They won’t have to sniff for too long. Biden will be one of the weakest presidents in US history, as he would have been even had he ascended to power in 1988, when he first ran for president. Now 78 and showing signs of senility, he’s a walking target not only for his foes but, more important, also America’s and, even more important, the West’s.

Age isn’t a disqualifying factor in itself. Yes, as any septuagenarian, especially one in the later stages of that period, will confirm, advanced age brings about a diminution in cognitive ability, memory and energy levels. The numerical expression of this decline must vary from one person to another. Ten per cent? Twenty? Thirty? More?

Hard to tell, but then percentages don’t tell the whole story anyway – it all depends on the initial height from which the faculties descend. Thus, Aquinas would have remained an extremely intelligent man had he lost, say, 20 per cent of his intellectual capacity. Yet the same loss in an average Millwall FC supporter might produce a clinical idiot.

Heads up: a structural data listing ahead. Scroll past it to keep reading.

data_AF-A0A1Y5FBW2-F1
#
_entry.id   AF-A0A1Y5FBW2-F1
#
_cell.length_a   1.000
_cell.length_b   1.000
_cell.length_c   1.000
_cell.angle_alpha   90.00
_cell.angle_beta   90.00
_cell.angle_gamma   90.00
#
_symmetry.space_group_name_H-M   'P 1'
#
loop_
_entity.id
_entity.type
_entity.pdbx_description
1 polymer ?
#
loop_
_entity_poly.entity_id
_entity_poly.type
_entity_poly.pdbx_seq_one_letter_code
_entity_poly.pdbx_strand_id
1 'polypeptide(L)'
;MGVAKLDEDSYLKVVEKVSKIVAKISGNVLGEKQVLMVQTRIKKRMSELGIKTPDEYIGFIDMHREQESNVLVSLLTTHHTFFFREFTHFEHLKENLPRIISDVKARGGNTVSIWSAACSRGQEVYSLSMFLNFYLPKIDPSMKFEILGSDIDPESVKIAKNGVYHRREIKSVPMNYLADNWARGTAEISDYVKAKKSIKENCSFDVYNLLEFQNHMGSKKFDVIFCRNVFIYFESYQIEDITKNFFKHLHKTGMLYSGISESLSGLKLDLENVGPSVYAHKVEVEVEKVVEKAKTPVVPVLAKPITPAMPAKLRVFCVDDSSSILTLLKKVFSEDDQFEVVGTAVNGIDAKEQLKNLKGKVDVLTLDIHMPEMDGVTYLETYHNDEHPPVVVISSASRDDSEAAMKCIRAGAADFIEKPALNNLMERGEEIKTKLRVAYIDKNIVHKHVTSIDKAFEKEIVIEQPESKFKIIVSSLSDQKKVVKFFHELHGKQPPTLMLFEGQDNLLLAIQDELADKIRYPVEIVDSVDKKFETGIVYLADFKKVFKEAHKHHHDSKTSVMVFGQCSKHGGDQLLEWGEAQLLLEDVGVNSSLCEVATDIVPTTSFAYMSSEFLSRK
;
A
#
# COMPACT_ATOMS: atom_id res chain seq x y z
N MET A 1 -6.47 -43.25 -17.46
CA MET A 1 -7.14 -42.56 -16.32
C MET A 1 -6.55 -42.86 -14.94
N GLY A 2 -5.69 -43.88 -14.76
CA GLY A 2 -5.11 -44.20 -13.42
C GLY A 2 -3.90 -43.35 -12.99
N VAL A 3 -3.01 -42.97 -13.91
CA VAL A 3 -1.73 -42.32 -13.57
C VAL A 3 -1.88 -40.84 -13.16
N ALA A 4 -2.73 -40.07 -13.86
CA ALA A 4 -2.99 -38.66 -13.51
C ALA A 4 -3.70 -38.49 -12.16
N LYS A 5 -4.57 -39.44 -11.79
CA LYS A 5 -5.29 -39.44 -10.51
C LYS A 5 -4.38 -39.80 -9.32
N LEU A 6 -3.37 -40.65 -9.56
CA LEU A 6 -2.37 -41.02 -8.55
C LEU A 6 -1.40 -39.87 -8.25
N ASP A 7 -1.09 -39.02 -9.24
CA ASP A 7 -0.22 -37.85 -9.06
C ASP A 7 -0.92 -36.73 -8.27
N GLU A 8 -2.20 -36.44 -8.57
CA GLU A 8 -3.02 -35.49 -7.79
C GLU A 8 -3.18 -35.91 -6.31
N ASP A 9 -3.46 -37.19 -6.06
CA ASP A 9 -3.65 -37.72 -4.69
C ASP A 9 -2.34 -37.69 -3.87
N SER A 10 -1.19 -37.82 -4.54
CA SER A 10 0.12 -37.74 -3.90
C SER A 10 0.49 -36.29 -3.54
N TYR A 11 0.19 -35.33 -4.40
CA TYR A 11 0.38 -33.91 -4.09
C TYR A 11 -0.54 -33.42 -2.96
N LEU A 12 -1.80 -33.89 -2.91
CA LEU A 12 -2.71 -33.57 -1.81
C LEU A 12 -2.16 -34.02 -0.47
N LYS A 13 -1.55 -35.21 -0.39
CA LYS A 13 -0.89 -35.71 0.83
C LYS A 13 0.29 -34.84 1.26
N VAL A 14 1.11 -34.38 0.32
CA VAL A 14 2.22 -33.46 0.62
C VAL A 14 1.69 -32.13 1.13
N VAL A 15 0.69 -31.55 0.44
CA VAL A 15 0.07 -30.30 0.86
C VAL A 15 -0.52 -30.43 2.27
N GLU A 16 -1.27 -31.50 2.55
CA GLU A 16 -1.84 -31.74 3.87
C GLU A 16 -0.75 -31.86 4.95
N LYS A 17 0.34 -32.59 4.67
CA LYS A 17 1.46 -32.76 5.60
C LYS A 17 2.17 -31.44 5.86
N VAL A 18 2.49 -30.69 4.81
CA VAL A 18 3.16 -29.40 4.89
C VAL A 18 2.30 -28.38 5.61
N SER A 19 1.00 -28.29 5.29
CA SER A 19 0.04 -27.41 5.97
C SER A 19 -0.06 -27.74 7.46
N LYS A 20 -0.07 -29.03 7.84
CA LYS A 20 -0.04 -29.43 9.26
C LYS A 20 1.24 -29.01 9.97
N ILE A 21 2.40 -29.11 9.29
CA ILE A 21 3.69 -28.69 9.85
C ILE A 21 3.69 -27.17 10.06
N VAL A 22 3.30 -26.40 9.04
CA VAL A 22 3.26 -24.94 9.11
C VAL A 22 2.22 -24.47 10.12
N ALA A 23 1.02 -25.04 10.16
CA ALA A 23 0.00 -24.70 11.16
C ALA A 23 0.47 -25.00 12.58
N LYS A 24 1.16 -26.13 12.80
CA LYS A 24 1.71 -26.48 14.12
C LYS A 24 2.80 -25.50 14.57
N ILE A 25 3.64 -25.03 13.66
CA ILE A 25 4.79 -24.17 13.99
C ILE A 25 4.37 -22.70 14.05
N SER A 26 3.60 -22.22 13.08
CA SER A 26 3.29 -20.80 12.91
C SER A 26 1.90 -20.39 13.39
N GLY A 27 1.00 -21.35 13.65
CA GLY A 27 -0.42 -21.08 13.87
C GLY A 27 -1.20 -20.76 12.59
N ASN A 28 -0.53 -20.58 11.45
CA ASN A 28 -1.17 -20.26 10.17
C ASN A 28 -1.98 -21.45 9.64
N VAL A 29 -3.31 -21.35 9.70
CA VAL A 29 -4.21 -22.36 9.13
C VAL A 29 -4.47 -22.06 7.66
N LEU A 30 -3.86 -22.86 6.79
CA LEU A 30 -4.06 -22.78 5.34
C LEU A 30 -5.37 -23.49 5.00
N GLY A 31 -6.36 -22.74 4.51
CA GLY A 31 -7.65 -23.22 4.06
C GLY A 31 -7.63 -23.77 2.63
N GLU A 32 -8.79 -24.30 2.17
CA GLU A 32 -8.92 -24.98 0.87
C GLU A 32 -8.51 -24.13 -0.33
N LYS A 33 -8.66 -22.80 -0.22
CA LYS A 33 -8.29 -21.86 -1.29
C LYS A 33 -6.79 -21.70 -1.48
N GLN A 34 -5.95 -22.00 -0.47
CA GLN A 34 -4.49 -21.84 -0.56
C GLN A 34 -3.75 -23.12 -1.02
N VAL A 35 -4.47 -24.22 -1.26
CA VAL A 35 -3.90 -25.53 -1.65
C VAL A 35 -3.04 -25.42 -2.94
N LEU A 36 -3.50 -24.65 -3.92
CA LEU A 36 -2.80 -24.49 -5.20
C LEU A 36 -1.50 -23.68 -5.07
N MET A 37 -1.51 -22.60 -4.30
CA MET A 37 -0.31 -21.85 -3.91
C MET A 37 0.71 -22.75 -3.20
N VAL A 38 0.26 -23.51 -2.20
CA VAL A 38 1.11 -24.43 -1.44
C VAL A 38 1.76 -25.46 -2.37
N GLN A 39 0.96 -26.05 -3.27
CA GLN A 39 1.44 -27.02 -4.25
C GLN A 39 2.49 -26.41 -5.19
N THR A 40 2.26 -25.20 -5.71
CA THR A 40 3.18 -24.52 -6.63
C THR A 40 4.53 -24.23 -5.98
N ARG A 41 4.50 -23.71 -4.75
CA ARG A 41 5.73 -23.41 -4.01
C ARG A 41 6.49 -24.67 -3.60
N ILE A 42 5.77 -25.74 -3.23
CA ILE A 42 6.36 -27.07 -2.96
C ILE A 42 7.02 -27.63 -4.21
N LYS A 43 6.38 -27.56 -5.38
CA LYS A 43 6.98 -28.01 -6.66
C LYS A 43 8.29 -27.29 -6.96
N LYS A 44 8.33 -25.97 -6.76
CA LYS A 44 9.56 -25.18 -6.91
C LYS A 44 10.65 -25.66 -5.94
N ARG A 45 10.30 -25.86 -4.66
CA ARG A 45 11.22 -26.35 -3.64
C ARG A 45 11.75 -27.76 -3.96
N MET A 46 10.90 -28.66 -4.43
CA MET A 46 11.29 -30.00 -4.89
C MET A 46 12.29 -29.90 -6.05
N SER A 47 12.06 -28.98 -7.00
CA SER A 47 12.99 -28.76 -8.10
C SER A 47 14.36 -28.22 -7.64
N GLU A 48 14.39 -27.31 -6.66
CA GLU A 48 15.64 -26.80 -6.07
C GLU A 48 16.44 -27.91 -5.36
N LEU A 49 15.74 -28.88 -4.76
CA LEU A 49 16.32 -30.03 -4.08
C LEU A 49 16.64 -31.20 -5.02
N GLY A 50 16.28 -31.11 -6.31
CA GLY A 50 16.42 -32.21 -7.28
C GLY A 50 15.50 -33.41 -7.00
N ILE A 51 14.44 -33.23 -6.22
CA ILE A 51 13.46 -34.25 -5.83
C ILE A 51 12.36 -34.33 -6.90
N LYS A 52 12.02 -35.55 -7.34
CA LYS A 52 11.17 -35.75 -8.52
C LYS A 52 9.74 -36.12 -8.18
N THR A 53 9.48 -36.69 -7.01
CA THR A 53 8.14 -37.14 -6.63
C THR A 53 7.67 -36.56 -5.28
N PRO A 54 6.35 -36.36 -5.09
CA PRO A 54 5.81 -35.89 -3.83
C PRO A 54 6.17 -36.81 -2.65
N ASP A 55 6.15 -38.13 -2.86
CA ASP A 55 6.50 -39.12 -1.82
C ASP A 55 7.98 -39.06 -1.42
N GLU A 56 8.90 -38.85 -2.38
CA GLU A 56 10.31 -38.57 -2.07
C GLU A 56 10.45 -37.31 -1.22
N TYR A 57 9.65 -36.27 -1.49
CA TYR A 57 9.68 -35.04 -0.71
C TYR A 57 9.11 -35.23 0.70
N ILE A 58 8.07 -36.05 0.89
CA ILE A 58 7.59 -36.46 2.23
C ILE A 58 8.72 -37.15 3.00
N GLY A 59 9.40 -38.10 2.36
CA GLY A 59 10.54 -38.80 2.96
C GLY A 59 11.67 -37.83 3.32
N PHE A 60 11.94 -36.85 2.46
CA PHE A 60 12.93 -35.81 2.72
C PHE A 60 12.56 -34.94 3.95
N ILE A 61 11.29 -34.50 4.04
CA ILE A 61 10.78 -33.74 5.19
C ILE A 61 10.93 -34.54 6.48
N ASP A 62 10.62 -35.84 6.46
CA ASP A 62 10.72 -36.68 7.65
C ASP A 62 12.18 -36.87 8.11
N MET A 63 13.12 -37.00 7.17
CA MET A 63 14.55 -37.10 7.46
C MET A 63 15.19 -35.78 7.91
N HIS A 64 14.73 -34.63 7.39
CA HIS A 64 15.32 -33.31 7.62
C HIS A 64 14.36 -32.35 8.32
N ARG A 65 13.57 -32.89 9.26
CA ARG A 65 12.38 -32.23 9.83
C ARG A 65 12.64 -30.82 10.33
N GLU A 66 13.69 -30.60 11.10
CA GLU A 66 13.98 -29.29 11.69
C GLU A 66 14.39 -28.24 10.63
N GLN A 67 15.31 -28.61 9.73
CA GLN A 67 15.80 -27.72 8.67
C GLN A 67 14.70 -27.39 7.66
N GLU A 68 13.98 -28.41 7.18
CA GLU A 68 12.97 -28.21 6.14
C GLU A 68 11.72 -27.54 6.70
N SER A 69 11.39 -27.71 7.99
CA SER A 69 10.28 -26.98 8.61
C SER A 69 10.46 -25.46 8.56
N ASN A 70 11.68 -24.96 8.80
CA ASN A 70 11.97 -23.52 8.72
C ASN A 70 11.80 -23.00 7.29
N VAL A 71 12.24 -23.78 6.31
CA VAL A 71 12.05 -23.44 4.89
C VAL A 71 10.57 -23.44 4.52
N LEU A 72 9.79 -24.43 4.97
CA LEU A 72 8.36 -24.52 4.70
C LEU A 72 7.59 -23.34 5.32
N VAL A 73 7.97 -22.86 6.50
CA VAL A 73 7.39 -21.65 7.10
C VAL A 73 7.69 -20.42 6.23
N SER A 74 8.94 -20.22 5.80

There have been examples of statesmen functioning effectively at an old age. Konrad Adenauer, for example, presided over Germany’s economic miracle (Wirtschaftswunder for short) well into his 80s. But the baseline of his abilities was drawn immeasurably higher than Biden’s. Joe is no Konrad Adenauer, as I’m sure even his late mother would have acknowledged.

He is a typical DC apparatchik, of a leftward bent. In a political career spanning the best part of half a century, Biden has shown no sign of any discernible ability for anything resembling statecraft, although he’s doubtless a shrewd backroom operator in both Delaware and Washington.